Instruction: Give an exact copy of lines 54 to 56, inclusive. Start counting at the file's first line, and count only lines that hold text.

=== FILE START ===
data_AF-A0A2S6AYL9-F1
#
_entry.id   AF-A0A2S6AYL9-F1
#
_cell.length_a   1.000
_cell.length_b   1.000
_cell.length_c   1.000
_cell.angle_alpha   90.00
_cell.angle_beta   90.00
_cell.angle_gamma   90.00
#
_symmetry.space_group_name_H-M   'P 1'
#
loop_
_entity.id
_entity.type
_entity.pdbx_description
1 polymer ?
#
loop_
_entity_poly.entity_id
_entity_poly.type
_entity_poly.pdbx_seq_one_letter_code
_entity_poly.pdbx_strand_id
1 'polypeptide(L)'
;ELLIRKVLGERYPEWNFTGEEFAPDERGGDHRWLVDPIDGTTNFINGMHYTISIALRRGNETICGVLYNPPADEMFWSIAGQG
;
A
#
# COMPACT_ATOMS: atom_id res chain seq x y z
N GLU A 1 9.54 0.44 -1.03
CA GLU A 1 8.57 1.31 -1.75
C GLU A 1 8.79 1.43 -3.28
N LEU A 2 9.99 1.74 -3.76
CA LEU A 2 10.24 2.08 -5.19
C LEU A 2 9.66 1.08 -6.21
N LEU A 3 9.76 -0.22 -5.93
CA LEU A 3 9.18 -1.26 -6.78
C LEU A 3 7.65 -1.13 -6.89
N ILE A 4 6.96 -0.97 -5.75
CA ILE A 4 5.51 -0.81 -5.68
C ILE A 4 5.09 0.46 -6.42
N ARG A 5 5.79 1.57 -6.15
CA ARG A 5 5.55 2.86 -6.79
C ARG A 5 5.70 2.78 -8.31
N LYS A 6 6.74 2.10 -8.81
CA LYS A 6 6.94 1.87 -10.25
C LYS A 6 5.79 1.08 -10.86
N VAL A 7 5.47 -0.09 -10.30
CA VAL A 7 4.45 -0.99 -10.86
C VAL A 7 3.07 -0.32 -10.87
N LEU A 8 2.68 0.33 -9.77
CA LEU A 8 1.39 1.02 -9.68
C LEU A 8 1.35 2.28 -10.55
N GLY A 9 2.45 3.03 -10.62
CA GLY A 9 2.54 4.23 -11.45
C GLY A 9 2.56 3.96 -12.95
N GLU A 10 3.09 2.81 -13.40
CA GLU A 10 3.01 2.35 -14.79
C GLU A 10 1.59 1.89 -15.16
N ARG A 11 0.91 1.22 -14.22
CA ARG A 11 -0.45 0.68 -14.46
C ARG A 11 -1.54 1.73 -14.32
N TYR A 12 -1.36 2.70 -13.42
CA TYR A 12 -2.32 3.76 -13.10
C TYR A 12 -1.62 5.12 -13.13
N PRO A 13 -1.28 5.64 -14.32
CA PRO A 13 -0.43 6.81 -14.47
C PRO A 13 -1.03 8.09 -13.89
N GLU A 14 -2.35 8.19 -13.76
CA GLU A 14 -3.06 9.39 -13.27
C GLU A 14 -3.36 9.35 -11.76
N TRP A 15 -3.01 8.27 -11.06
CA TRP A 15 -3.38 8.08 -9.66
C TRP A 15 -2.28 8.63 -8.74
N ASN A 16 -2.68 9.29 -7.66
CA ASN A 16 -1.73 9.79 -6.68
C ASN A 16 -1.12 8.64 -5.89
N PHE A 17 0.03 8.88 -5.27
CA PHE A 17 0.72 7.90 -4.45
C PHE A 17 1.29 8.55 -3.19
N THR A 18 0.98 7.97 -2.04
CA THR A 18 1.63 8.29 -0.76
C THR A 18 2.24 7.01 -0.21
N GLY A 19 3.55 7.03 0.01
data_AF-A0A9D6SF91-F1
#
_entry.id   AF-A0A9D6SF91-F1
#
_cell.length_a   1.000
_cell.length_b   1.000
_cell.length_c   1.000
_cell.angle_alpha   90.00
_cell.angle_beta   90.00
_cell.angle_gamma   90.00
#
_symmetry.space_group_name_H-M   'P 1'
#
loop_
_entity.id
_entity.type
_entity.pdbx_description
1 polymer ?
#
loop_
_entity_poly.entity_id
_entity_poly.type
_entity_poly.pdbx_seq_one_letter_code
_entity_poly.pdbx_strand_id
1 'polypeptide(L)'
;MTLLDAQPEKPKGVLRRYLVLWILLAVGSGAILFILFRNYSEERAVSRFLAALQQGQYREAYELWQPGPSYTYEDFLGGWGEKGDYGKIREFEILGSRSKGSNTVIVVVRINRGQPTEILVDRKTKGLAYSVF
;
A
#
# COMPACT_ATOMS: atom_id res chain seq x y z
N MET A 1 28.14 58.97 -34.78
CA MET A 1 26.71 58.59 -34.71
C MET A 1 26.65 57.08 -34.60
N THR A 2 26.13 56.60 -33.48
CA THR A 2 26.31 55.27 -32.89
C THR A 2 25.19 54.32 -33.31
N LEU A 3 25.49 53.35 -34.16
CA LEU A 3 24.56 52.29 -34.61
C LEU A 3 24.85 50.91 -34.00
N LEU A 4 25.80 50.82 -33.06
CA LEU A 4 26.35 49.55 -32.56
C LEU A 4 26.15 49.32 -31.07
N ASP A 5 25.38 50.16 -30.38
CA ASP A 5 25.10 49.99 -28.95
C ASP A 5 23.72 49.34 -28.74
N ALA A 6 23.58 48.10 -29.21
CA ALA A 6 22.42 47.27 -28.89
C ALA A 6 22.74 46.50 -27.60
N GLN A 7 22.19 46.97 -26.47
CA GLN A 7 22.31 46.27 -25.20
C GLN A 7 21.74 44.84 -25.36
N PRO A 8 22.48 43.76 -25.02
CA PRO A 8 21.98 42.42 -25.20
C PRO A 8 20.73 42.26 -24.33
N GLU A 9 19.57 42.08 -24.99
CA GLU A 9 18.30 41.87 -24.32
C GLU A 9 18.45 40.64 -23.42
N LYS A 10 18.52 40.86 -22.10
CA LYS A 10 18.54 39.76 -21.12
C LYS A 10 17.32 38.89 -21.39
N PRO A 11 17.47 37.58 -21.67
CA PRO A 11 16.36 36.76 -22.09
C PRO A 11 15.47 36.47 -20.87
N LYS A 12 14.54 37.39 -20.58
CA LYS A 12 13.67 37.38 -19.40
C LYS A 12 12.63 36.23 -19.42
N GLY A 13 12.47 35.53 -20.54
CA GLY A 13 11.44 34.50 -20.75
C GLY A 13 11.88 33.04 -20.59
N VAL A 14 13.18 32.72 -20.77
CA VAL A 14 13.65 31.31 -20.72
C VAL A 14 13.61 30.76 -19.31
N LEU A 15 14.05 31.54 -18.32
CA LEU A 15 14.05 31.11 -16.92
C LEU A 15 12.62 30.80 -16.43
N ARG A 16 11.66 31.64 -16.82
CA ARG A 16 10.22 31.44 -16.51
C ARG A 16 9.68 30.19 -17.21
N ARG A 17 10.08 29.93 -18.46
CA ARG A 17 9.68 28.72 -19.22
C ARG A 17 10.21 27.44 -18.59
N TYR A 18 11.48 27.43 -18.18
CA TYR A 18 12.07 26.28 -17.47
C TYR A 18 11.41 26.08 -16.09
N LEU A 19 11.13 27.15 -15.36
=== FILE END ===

C LEU A 8 1.35 2.28 -10.55
N GLY A 9 2.45 3.03 -10.62
CA GLY A 9 2.54 4.23 -11.45